What is annual income? — Definitions and example calculations

You make a certain amount of money each year that you have to report on your taxes. The two common terms used to describe annual income are net annual income and gross annual income. What are they, and how are they calculated? We answer these questions and more below.

What is annual income?

Annual income is the amount of money you bring home each year prior to deductions. For example, if your base pay is $45,000 per year, that’s your annual income even though your take-home pay is less after deductions.

Gross annual income: Your annual gross income is the total amount of take-home pay you receive before deductions. For example, if you get paid $5000 per month, that is your pay minus deductions, or your gross pay.

Net annual income: Your annual net income is the total amount of take-home pay you receive—it’s your gross annual income minus deductions. If you get paid $5000 per month with $400 in taxes taken out, your take-home pay, or net pay, would be $4,600.

Lenders and landlords use gross annual income to determine if the potential borrower or renter is creditworthy.

Types of gross annual income

Typically, people think of wages or salary received from a job when they think of income, though various forms of income are used to calculate one’s annual income. The different types of income can be bucketed into three primary categories:

  • Earned income: Earned income, or active income, is the income you make through receiving wages, tips, commissions, and bonuses when working a regular job.
  • Unearned income: Unearned income, or passive income, is money you make when not working. Gifts, business partnerships, property income, and retirement accounts are common sources of passive income.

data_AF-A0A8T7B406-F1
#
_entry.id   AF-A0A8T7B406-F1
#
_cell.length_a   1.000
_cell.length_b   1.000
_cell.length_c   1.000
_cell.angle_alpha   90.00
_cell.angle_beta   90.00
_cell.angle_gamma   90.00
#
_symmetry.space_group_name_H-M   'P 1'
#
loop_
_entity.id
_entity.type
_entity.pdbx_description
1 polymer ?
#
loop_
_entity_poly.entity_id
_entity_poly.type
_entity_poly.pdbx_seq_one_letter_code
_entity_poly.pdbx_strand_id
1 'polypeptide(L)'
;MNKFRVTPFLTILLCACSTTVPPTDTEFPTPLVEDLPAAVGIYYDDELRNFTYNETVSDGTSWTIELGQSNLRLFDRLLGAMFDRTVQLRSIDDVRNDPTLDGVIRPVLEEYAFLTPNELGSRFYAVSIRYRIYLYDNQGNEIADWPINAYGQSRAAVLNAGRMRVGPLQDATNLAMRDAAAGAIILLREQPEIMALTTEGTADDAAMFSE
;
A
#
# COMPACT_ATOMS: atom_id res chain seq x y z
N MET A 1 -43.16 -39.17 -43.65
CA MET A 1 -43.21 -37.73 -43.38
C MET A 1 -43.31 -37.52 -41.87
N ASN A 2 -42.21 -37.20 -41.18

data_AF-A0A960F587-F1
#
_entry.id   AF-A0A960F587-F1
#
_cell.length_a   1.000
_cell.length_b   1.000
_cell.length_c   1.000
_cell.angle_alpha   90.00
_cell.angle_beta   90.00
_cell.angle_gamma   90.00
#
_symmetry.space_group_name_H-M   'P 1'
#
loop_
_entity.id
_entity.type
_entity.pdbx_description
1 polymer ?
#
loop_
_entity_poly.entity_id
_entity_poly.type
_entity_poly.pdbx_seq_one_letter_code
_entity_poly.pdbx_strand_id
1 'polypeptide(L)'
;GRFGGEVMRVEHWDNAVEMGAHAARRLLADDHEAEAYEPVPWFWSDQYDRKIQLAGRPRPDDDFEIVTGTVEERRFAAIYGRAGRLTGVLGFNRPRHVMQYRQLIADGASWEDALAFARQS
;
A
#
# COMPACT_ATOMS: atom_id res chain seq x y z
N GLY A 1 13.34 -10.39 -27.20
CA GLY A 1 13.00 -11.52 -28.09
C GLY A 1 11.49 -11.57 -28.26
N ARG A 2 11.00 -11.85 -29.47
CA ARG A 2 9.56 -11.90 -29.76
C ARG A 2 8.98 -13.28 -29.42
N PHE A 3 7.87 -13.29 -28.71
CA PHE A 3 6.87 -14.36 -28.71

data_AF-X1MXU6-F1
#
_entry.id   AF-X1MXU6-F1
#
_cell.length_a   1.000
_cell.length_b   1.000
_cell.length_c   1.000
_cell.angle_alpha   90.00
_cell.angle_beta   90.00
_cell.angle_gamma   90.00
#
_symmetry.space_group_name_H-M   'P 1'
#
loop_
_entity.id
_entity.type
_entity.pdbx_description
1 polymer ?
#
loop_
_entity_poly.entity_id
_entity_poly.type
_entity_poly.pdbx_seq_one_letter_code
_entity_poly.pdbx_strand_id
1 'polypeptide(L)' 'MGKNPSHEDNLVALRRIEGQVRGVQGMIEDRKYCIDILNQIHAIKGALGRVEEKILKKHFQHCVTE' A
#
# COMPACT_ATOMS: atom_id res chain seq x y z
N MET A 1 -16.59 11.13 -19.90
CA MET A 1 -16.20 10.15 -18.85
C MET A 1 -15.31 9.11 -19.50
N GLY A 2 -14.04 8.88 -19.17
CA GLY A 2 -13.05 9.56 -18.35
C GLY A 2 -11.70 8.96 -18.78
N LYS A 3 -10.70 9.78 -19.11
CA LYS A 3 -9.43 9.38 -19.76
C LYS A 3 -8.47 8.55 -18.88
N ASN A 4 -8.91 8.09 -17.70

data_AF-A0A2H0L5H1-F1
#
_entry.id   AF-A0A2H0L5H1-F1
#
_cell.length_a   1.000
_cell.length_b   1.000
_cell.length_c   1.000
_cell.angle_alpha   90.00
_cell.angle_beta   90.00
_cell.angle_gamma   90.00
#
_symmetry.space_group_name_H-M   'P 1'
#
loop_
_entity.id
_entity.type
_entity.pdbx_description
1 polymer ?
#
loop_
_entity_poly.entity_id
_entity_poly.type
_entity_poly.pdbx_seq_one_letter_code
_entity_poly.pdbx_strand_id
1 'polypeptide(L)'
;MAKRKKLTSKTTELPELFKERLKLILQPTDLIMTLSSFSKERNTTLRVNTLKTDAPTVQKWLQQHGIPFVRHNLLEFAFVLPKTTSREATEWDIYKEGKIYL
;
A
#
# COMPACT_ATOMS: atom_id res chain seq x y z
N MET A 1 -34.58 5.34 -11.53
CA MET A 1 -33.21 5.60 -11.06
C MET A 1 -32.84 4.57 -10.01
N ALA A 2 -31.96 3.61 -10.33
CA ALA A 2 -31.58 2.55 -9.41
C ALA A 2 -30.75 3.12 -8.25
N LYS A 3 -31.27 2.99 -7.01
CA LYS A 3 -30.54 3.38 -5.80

• Portfolio income: Portfolio income is sourced from investments, such as interest from savings accounts, dividends, and capital gains from stock sales.

Below are the different sources of annual income that fall into one of the above three categories.

Employment salary and wages: Employers pay employees based on their FSLA (Fair Labor Standards Act) status, which dictates if a job is considered exempt or non-exempt. Non-exempt jobs are typically hourly jobs, and exempt jobs are salaried jobs. Regardless, both salaried and hourly compensation are part of your annual income. If you work more than one job, you would add the income from both jobs to your annual income.

Pro-tip: Payroll can make mistakes when it comes to your paycheck. Be sure to check each paycheck to verify your pay is correct, as well as your deductions. 

Self-employment and independent contractor pay: Self-employment and independent contractor pay you receive from your own business, contracting for a company, or in commissions from sales are included when calculating your annual income.

Child support and alimony: If you receive court-ordered alimony or child support payments, both are considered part of your annual income.

Overtime pay: Overtime pay from your employer is considered part of your annual income.

Tips, commissions, and bonuses: Yearly income includes bonuses, including holiday and performance-based bonuses, and the commissions you get paid by your employer.